343: Hamilton

OS Explorer map 343, Motherwell & Coatbridge Whitburn & Carluke – I own this map, but had not visited it before starting this blog. Visited for this post 5th January 2018.

My previous post had my carful of people on the way up to Glasgow to meet everyone else for the ASNC Trip to Argyll; we had stayed the night in a hostel in Cumbria and, after a stop to look at the Bewcastle Cross, were soon to reach Glasgow. However, before we could do that, we needed to make a shopping stop, so that we could buy ourselves some lunch, and so that Millicent could get himself a replacement raincoat, as he’d accidentally left his in my room while we were repacking his bags.

The chosen place, found with a little help from mobile phones, was a Sainsbury’s in the town of Hamilton. (The Many-Named found this particularly entertaining, due to the shared name with the musical.) It was in a large retail park, meaning there were also clothes shops aplenty for those in need of that.

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Hamilton’s Sainsbury’s

We stopped, lunch was bought, as was coffee by some, and a raincoat by one, the toilets were used, and before long we were back in the car, for the final twenty minutes of our drive to Glasgow, about which see my next post! Apologies for this one being fairly short and boring.

Vaguely related thoughts

The x is in the car park of the Sainsbury’s, actually, the Sainsbury’s itself being the middle portion of the darker blog above it. [1]
Although, there actually are a couple of things of vague interest to say. Firstly, this Sainsbury’s only counted for a map post by about 300m. If it had been that far further west that I had gone, we would have been in the area of overlap between maps 324 and 343, and since I’ve visited map 342 before and since, the place would count for that map according to The Rules. [2]

Now, although I’ve never been to this map area before, I did already own the map; it was until now displayed in yellow on the maps-of-maps showing which maps I’ve visited, the ones that feature at the end of each post. (Yellow indicates a map that I own but have never been to.) Eagle-eyed readers will note that central Scotland features rather a band of yellow maps, six of them until now, now five. The reason for this is the Holy Island Trek, as we called it, the walking trip I did with Millicent, Vesper, Queenie and Erithacus in summer 2016, and which has featured rather a lot in the Previous Visits sections of this blog, such as here and here.

We orginally planned to walk all the way from Lindisfarne to Iona that summer, which I think would have taken about five weeks with a suitable number of rest days, as we weren’t experienced at walking for such a long stretch. For this purpose I’d planned three possible routes, which you can see in the map below. (I made extensive use of my subscription to OS Maps online, which really is the most wonderful service – £25 a year for unlimited access to Ordnance Survey’s mapping of the whole country!). We decided to reject the North and South options in favour of Mid, although North was the most direct, because Mid let us go through Argyll, where there was a lot of ASNaC-related stuff to see, and through Arran, where Queenie rather wanted to go due to ancestral links. Therefore, I bought the OS Explorer maps covering the whole of the Mid route.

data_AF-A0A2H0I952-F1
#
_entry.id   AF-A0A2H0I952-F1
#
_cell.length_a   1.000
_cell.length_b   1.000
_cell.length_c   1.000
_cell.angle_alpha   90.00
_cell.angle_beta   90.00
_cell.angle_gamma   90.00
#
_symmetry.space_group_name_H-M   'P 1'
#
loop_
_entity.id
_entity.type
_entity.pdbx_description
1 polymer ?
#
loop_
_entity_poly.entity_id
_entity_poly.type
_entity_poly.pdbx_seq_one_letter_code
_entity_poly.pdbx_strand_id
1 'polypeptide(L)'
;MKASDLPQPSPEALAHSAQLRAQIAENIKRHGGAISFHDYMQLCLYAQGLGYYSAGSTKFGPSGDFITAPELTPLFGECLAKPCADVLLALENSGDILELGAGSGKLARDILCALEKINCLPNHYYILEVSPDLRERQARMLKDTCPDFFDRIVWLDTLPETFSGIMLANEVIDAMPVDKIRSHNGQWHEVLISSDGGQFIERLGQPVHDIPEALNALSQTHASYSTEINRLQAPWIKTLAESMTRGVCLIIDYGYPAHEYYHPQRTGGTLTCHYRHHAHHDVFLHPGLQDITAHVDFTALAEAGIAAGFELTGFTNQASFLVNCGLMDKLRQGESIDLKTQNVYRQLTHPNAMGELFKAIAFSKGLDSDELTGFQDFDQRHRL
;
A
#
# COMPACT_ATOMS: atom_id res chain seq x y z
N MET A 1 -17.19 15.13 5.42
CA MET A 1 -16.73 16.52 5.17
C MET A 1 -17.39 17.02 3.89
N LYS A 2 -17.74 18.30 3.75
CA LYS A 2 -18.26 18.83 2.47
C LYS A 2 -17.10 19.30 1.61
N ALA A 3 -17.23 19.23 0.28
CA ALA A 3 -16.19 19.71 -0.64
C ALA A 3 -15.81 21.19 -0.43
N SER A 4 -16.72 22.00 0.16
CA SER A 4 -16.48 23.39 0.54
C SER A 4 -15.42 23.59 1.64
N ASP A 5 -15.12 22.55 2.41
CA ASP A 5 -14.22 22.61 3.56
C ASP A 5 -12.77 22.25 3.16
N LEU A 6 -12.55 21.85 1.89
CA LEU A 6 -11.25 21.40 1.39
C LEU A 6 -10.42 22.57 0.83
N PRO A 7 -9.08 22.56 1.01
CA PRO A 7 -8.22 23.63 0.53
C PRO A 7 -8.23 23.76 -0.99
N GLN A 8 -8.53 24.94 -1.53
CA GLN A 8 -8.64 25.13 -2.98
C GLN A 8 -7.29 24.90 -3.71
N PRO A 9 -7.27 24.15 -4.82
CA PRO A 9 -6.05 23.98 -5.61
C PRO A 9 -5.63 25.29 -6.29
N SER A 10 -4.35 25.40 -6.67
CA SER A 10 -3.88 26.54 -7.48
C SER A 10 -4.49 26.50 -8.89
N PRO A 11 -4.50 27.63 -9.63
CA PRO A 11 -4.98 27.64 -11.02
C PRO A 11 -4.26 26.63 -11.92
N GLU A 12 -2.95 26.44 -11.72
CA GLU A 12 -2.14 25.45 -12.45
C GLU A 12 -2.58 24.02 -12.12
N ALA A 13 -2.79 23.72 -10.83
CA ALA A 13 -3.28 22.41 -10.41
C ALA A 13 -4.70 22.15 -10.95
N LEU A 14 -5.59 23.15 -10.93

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The map showing the initial route options for our Lindisfarne to Iona walk. Unfortunately I have no idea of the source of the original map image that I drew on, so if you own it and aren’t happy with my using it, I am very sorry, and please ask and I will take it down.

However, by the time the walk came to be, we’d realised we actually only had three and a bit weeks when all of us would be free. For this reason we decided to cut out approximately the middle third of the walk, from Galashiels or Peebles to Ardrossan (the place from which the ferries go to Arran). Thus, those maps in the middle, including this one, were never used.

In the end, due to occurrences expected and unexpected, two of our number had to go home early, and the remaining three of us ended up, rather than taking public transport to skip across and then walking the rest from end to end, instead going back to get our car, and doing the rest of the trip driving between campsites and doing day walks. In the end we walked about 180 miles, about half of what the total distance would have been from Lindisfarne to Iona, but especially in the middle, it wasn’t anything like a connected line, what with circular walks and there-and-back walks, some even going backwards! The middle section of the route turned much more into a “visit interesting places and do some walking” trip than a long walk. We did walk a connected route at either end though – using lots of buses to get to and from our starting and ending points, or back to where we’d left the car – from Lindisfarne to Melrose along St Cuthbert’s Way, and along Mull to Iona. The two maps below show both the initially intended route, and our actual GPS tracks. (The maps were created using GPS Visualizer.)




[1] This is a screenshot from the Ordnance Survey’s website; on the page for each of their maps they have a zoomable map showing you exactly the area that each map covers. I have been making great use of that feature when determining which maps I’ve visited for this blog, of course! (See for example the page for this map.)

[2] The Rules also say that shop stops don’t count for a map, but only if they are on a route I would already be driving along or something like that. Since we had to go significantly off the motorway for this stop, it counts.

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